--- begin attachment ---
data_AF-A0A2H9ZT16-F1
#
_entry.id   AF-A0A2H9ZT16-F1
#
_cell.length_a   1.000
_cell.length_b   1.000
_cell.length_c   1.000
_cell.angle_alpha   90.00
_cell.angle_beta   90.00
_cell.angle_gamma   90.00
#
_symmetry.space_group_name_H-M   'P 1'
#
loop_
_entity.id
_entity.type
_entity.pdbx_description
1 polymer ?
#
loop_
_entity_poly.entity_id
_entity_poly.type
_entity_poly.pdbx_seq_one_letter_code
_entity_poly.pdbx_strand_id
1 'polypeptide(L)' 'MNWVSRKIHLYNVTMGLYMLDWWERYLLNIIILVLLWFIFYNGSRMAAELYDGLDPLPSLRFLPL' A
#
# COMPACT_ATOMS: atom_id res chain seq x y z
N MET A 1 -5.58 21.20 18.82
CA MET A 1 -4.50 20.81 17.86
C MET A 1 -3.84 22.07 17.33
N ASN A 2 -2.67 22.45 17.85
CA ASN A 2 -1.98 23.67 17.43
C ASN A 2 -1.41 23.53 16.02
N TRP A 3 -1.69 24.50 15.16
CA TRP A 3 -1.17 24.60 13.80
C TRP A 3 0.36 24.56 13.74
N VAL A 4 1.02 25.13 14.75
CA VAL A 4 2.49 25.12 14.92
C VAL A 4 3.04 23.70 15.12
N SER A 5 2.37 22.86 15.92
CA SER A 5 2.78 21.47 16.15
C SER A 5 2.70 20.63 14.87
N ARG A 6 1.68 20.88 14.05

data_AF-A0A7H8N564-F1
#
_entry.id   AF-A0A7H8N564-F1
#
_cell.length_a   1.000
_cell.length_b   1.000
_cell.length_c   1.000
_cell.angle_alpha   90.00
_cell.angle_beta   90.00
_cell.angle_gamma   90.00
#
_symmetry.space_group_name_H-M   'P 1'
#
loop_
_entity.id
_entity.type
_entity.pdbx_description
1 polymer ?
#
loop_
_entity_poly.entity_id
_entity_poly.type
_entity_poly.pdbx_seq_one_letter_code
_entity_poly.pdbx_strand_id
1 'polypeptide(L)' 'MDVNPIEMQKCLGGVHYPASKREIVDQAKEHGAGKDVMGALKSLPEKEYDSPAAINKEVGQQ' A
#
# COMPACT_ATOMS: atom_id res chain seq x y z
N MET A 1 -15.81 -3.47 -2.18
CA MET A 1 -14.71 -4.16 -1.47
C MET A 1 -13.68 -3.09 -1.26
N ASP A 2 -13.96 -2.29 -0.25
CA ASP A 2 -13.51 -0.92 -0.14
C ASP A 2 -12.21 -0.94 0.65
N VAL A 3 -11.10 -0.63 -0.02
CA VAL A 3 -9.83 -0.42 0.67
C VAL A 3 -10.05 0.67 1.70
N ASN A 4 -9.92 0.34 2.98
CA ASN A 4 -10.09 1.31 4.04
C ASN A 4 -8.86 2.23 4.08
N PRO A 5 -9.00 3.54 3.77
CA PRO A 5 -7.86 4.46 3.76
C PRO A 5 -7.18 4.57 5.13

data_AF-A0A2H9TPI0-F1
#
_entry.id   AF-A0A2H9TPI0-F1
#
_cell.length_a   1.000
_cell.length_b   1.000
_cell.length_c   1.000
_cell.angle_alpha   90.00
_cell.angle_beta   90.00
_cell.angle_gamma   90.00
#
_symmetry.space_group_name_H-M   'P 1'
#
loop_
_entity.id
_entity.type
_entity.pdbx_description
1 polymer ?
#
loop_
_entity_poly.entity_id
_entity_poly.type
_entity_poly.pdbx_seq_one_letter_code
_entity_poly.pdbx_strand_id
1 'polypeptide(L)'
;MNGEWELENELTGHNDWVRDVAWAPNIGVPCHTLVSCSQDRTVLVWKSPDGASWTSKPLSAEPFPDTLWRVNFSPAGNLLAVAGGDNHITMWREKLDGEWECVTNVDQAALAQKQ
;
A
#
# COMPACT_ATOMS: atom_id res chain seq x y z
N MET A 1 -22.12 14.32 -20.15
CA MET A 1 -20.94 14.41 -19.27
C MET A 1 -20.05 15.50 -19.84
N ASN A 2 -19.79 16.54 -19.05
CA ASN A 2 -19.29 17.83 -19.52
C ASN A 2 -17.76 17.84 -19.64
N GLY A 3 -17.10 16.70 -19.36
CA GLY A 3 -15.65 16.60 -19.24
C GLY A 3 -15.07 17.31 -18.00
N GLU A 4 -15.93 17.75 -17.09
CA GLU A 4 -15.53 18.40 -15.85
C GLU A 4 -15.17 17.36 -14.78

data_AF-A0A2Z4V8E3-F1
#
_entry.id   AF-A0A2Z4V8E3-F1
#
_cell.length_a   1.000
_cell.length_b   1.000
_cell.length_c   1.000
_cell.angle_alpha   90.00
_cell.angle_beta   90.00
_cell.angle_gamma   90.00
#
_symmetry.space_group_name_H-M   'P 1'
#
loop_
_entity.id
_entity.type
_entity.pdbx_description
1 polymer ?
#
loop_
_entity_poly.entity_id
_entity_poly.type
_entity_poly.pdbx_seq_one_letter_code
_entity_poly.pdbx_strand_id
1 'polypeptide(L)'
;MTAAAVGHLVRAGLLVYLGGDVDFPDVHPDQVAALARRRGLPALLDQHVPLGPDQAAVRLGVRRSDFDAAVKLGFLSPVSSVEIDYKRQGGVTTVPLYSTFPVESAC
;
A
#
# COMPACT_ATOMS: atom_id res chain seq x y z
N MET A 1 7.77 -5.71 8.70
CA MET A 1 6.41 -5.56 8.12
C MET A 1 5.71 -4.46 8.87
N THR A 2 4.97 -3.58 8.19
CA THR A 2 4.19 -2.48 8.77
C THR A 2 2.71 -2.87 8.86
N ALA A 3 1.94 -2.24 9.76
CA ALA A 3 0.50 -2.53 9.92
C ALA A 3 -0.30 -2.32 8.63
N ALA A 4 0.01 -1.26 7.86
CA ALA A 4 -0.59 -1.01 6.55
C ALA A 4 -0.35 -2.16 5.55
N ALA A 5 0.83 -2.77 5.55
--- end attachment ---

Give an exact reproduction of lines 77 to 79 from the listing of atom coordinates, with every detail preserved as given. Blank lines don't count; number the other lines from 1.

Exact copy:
N VAL A 3 -11.10 -0.63 -0.02
CA VAL A 3 -9.83 -0.42 0.67
C VAL A 3 -10.05 0.67 1.70